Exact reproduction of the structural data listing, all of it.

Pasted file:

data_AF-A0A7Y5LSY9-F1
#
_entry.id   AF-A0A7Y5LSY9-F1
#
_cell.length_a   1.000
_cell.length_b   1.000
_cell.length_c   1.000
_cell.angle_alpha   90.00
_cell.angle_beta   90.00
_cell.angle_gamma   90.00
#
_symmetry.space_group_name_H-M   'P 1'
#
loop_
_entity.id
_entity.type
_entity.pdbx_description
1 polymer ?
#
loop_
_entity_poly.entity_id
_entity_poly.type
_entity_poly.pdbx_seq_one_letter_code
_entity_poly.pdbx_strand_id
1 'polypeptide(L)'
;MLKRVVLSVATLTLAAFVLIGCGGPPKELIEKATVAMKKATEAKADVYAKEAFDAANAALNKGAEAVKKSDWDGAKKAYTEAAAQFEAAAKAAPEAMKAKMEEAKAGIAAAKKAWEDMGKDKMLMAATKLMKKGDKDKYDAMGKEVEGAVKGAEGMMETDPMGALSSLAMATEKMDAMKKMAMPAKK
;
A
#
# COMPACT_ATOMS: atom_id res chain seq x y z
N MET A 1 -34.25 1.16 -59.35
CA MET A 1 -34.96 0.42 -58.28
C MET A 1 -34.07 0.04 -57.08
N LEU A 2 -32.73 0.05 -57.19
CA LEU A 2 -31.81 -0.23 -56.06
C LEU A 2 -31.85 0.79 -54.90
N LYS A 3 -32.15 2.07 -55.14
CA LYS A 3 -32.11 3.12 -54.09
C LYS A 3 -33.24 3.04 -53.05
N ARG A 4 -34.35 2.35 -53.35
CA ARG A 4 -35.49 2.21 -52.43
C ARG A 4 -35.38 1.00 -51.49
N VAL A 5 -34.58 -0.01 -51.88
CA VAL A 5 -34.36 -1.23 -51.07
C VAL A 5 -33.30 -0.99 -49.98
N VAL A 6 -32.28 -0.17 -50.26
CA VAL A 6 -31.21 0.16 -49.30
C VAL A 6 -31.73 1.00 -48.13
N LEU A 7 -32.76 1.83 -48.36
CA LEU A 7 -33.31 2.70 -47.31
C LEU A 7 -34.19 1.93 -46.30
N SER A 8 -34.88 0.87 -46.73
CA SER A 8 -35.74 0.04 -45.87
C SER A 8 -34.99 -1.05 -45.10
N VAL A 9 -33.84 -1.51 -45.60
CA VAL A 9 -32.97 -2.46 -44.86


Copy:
data_AF-A0A7Y5LSY9-F1
#
_entry.id   AF-A0A7Y5LSY9-F1
#
_cell.length_a   1.000
_cell.length_b   1.000
_cell.length_c   1.000
_cell.angle_alpha   90.00
_cell.angle_beta   90.00
_cell.angle_gamma   90.00
#
_symmetry.space_group_name_H-M   'P 1'
#
loop_
_entity.id
_entity.type
_entity.pdbx_description
1 polymer ?
#
loop_
_entity_poly.entity_id
_entity_poly.type
_entity_poly.pdbx_seq_one_letter_code
_entity_poly.pdbx_strand_id
1 'polypeptide(L)'
;MLKRVVLSVATLTLAAFVLIGCGGPPKELIEKATVAMKKATEAKADVYAKEAFDAANAALNKGAEAVKKSDWDGAKKAYTEAAAQFEAAAKAAPEAMKAKMEEAKAGIAAAKKAWEDMGKDKMLMAATKLMKKGDKDKYDAMGKEVEGAVKGAEGMMETDPMGALSSLAMATEKMDAMKKMAMPAKK
;
A
#
# COMPACT_ATOMS: atom_id res chain seq x y z
N MET A 1 -34.25 1.16 -59.35
CA MET A 1 -34.96 0.42 -58.28
C MET A 1 -34.07 0.04 -57.08
N LEU A 2 -32.73 0.05 -57.19
CA LEU A 2 -31.81 -0.23 -56.06
C LEU A 2 -31.85 0.79 -54.90
N LYS A 3 -32.15 2.07 -55.14
CA LYS A 3 -32.11 3.12 -54.09
C LYS A 3 -33.24 3.04 -53.05
N ARG A 4 -34.35 2.35 -53.35
CA ARG A 4 -35.49 2.21 -52.43
C ARG A 4 -35.38 1.00 -51.49
N VAL A 5 -34.58 -0.01 -51.88
CA VAL A 5 -34.36 -1.23 -51.07
C VAL A 5 -33.30 -0.99 -49.98
N VAL A 6 -32.28 -0.17 -50.26
CA VAL A 6 -31.21 0.16 -49.30
C VAL A 6 -31.73 1.00 -48.13
N LEU A 7 -32.76 1.83 -48.36
CA LEU A 7 -33.31 2.70 -47.31
C LEU A 7 -34.19 1.93 -46.30
N SER A 8 -34.88 0.87 -46.73
CA SER A 8 -35.74 0.04 -45.87
C SER A 8 -34.99 -1.05 -45.10
N VAL A 9 -33.84 -1.51 -45.60
CA VAL A 9 -32.97 -2.46 -44.86